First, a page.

HEA 1004: Pro-business, pro-transparency
On Thursday of last week, Governor Daniels signed one of four key economic development bills into law. One of those bills, House Enrolled Act 1004, was a bill which I co-authored.
This bill represents a significant step toward making our government's spending more transparent and spurring economic growth.
Indiana is already a leader in the nation in providing effective government transparency to its citizens and was recently recognized for those efforts. The US Public Interest Research Groups rated Indiana's transparency portal the third best in the country with a grade of "A-."
The transparency website was launched in the fall of 2010 by State Auditor Tim Berry and was recognized for offering a user-friendly system of information on payments to specific vendors and expenses incurred over a particular period of time, in specific geographic areas, by specific government agencies or of certain dollar amounts.
We are on the right track as a state, but House Bill 1004 pushes us to become even more transparent by providing the framework for Indiana to move toward being the most transparent state, from state government all the way down to the local level.
The bill requires detailed information be posted about budgets and expenditures from state agencies, local governments, educational institutions, as well as information on property owned by the state.
Hoosiers have a right to know how their tax dollars are being spent. Opening the books will drive more efficient spending and increase accountability.
In addition to providing transparency on how funds are spent the bill works to drive an increase in revenues collected.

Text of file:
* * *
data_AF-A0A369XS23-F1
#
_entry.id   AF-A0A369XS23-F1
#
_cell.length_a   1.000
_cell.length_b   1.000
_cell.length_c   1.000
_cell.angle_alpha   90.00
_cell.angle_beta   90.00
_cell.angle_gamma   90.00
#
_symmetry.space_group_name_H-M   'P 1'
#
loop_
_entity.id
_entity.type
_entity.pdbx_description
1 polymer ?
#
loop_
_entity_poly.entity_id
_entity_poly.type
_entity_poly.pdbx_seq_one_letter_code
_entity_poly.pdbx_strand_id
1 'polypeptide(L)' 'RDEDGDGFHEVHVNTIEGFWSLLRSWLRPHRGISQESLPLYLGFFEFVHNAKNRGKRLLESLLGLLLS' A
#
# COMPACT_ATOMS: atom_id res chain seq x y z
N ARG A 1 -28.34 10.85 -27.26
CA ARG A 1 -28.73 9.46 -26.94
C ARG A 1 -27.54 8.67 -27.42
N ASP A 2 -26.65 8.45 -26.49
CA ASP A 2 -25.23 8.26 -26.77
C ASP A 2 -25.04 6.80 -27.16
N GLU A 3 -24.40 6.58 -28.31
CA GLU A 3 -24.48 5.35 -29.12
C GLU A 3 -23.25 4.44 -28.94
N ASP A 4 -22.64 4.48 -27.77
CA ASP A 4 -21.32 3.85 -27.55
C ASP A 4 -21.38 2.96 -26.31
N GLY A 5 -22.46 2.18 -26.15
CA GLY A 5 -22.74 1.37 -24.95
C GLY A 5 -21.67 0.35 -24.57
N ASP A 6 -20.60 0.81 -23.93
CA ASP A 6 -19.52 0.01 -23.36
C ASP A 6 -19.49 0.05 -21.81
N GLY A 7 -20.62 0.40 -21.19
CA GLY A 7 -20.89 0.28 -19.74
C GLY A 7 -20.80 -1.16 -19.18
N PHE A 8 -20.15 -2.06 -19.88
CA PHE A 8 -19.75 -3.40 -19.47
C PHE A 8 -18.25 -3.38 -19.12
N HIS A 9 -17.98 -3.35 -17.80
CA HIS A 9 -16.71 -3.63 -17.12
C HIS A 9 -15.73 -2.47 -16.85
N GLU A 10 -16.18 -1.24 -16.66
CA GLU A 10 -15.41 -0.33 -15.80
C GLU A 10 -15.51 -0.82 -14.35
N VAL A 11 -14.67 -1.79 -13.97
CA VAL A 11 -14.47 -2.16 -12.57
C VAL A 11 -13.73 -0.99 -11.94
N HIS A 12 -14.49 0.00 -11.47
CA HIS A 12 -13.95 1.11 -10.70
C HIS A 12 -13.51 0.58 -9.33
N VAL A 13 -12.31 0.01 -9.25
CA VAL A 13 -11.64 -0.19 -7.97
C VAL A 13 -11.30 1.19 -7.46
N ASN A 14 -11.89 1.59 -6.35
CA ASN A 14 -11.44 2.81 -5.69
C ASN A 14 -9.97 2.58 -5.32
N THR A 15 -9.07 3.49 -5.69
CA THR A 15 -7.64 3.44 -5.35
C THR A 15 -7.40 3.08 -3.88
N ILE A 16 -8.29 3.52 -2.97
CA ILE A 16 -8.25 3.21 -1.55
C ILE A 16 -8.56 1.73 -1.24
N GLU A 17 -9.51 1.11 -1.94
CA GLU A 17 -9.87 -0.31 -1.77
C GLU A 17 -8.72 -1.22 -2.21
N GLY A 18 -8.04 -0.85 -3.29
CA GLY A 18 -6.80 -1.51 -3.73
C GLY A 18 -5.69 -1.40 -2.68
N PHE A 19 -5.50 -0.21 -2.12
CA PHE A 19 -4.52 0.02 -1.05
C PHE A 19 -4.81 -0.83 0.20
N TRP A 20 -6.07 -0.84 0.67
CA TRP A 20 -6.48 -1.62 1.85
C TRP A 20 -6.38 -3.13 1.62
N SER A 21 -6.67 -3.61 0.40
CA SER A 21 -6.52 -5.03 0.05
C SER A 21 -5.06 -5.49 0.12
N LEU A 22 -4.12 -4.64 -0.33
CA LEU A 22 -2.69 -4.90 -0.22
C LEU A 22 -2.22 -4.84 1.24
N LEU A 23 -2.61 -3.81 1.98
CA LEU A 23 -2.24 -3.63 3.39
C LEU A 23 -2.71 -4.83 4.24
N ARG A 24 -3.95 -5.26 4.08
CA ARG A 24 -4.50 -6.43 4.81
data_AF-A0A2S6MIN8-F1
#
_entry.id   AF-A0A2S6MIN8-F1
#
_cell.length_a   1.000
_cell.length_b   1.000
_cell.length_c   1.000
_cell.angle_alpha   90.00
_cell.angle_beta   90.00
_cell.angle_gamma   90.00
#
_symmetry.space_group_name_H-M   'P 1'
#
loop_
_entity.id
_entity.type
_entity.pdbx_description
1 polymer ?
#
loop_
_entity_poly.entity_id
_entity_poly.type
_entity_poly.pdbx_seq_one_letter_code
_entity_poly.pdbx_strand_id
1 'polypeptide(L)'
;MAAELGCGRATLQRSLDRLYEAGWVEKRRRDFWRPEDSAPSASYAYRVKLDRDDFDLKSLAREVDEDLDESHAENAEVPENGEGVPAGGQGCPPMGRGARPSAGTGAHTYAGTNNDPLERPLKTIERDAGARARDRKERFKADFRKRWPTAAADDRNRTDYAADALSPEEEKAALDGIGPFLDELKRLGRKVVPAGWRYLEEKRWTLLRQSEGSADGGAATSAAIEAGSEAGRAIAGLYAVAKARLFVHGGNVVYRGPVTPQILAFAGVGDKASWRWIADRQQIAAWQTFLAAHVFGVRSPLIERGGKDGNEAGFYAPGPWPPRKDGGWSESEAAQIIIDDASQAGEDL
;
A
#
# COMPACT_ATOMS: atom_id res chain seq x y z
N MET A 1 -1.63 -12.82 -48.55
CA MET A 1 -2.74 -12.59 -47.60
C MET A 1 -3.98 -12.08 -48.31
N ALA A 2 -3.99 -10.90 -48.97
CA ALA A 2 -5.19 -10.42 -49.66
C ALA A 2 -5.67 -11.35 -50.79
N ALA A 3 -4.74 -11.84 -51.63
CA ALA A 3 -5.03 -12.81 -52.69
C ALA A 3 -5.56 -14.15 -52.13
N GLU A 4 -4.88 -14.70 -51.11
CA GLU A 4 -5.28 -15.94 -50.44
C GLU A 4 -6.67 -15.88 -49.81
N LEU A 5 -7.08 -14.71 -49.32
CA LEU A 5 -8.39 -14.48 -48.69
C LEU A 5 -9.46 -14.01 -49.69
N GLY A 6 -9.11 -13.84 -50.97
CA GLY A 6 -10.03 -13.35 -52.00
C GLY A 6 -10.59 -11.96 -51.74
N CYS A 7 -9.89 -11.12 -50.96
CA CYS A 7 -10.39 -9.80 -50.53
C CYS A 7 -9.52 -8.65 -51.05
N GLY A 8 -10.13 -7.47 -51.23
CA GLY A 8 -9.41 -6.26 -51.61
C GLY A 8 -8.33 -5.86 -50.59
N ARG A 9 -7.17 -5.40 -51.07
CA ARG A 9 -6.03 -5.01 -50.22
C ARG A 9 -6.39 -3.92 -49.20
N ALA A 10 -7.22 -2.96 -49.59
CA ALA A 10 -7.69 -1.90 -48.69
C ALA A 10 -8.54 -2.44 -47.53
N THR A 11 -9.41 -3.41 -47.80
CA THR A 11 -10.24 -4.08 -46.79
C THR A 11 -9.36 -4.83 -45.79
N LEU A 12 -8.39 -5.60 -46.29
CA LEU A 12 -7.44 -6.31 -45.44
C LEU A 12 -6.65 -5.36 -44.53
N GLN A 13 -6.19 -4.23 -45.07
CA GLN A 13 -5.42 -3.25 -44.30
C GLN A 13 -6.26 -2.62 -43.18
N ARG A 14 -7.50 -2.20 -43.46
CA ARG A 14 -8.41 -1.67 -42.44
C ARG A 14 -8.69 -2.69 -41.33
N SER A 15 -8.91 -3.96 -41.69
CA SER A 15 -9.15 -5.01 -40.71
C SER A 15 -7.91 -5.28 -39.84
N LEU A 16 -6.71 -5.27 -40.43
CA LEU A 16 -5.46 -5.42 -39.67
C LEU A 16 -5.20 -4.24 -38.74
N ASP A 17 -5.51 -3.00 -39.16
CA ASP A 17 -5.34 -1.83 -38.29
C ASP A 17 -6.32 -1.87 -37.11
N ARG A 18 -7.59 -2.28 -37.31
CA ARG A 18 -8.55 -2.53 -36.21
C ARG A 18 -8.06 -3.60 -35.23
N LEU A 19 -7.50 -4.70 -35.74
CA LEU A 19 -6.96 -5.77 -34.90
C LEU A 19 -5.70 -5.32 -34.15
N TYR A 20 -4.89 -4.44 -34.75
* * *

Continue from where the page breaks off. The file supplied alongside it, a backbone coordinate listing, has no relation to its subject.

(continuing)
Finding ways to foster economic development was one of the top goals this session for House Republicans. One way we accomplished that goal is by lowering the corporate tax rate. Currently, Indiana's corporate tax rate is 8.5%, making us the tenth highest in the nation.
Often, the "sticker shock" of 8.5% immediately shuts down discussions with employers or simply deters businesses from taking a second look.
By lowering the Corporate Income Tax to 6.5% Indiana will become even more desirable to businesses looking to relocate or expand. As many states are raising taxes and dealing with out of control spending, Indiana continues to maintain fiscal integrity and companies are beginning to see the appeal of Indiana. A lower corporate tax rate will be yet another selling point when vying for businesses.
In addition to lowering the corporate tax rate, the bill encourages investment in new companies by increasing access to start-up capital. The bill enhances the Venture Investment Tax Credit by increasing the maximum for a business from $500K to $1M annually.
I was immensely pleased to see the Governor sign onto this bill and to know that Indiana will be a leader in the nation by being one of the most pro-transparency and pro-business states.